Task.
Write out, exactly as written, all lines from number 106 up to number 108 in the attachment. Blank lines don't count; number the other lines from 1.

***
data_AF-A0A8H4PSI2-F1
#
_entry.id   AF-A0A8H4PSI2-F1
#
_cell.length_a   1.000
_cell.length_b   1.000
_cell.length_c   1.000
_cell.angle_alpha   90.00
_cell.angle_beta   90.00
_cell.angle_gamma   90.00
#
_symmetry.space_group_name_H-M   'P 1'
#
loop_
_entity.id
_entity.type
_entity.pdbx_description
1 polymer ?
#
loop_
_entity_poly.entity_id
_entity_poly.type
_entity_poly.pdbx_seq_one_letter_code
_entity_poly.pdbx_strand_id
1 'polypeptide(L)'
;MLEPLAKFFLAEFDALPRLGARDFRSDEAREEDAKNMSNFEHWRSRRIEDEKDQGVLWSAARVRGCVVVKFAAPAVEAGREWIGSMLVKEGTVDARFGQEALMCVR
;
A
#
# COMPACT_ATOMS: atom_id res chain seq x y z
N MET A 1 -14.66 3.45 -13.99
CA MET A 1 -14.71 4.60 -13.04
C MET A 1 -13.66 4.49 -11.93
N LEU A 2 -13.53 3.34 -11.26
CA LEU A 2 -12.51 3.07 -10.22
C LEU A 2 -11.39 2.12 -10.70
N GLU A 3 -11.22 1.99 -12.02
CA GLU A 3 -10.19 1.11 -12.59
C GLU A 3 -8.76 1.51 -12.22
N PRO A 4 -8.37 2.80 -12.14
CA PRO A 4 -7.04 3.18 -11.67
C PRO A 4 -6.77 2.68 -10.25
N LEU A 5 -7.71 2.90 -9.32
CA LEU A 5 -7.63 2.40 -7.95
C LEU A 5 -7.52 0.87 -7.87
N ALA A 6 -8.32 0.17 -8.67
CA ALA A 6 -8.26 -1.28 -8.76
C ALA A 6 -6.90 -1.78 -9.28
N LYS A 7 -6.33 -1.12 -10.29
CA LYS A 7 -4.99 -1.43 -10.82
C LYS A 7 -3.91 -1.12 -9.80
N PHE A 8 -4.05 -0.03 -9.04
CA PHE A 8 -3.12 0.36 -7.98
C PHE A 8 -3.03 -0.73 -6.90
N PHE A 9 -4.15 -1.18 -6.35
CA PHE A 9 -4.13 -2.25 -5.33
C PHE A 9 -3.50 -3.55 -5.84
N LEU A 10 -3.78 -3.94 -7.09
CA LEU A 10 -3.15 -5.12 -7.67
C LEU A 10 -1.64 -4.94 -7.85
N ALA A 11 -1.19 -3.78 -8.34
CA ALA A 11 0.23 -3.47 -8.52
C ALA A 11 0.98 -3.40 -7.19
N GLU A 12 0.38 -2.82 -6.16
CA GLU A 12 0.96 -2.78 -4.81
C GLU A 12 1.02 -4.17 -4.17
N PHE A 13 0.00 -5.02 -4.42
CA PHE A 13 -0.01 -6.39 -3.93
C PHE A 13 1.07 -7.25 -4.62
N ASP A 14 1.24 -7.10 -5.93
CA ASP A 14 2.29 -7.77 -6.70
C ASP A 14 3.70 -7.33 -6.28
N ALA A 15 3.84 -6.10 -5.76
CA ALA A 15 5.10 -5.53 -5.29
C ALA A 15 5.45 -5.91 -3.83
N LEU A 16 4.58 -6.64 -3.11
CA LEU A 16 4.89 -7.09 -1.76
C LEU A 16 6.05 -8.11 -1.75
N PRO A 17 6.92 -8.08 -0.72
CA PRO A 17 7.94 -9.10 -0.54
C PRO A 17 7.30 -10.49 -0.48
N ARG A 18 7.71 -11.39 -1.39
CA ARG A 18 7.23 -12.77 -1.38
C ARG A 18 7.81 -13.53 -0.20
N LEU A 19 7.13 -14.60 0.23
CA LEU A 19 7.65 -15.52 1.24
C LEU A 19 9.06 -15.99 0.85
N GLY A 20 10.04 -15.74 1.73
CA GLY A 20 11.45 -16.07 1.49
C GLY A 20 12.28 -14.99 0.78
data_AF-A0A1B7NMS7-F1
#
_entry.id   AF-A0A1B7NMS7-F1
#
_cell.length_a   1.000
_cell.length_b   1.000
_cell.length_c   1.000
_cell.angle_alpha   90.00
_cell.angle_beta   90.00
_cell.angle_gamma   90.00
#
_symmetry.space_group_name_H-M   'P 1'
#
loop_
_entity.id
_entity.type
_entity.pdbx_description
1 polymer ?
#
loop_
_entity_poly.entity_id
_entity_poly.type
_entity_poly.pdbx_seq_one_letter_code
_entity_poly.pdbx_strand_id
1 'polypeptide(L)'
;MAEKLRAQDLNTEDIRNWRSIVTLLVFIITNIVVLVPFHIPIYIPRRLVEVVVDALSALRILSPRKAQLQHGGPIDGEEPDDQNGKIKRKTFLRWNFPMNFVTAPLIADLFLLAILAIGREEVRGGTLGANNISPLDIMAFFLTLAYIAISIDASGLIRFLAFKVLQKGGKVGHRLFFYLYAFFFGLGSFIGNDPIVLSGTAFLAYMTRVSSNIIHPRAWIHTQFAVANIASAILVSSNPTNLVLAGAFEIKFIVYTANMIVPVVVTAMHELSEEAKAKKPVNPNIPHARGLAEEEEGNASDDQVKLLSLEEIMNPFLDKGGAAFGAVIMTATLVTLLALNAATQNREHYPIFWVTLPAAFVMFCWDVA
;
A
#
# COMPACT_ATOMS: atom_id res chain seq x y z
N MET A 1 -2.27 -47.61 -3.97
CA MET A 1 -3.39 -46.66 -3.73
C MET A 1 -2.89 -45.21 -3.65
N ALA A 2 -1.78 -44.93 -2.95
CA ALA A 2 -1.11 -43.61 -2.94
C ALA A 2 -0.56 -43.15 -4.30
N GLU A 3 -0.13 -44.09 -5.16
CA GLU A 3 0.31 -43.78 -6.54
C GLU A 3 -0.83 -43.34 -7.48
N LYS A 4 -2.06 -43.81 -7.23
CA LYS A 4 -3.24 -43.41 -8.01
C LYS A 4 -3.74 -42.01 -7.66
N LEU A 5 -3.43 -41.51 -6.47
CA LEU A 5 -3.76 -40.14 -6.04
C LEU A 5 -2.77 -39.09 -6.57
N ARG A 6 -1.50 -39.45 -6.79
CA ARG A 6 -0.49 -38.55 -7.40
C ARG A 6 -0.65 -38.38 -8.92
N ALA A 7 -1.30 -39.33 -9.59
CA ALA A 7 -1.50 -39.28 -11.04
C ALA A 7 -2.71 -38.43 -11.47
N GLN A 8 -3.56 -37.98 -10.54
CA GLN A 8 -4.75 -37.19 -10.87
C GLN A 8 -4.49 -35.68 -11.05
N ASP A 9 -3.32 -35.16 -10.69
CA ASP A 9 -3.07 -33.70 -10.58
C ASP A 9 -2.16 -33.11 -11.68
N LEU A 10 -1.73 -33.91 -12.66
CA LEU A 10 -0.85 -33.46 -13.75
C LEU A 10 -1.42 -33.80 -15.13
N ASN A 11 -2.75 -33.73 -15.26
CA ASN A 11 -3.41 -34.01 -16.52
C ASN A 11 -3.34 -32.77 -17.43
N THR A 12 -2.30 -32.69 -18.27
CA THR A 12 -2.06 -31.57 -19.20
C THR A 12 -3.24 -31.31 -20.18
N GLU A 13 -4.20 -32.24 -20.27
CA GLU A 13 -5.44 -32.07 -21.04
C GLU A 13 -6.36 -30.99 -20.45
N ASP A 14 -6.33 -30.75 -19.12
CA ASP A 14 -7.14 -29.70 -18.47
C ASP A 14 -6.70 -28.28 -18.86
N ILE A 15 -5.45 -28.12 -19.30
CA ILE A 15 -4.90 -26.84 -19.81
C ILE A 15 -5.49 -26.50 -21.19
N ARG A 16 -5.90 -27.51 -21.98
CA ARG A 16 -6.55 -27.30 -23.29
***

_entity.type
_entity.pdbx_description
1 polymer ?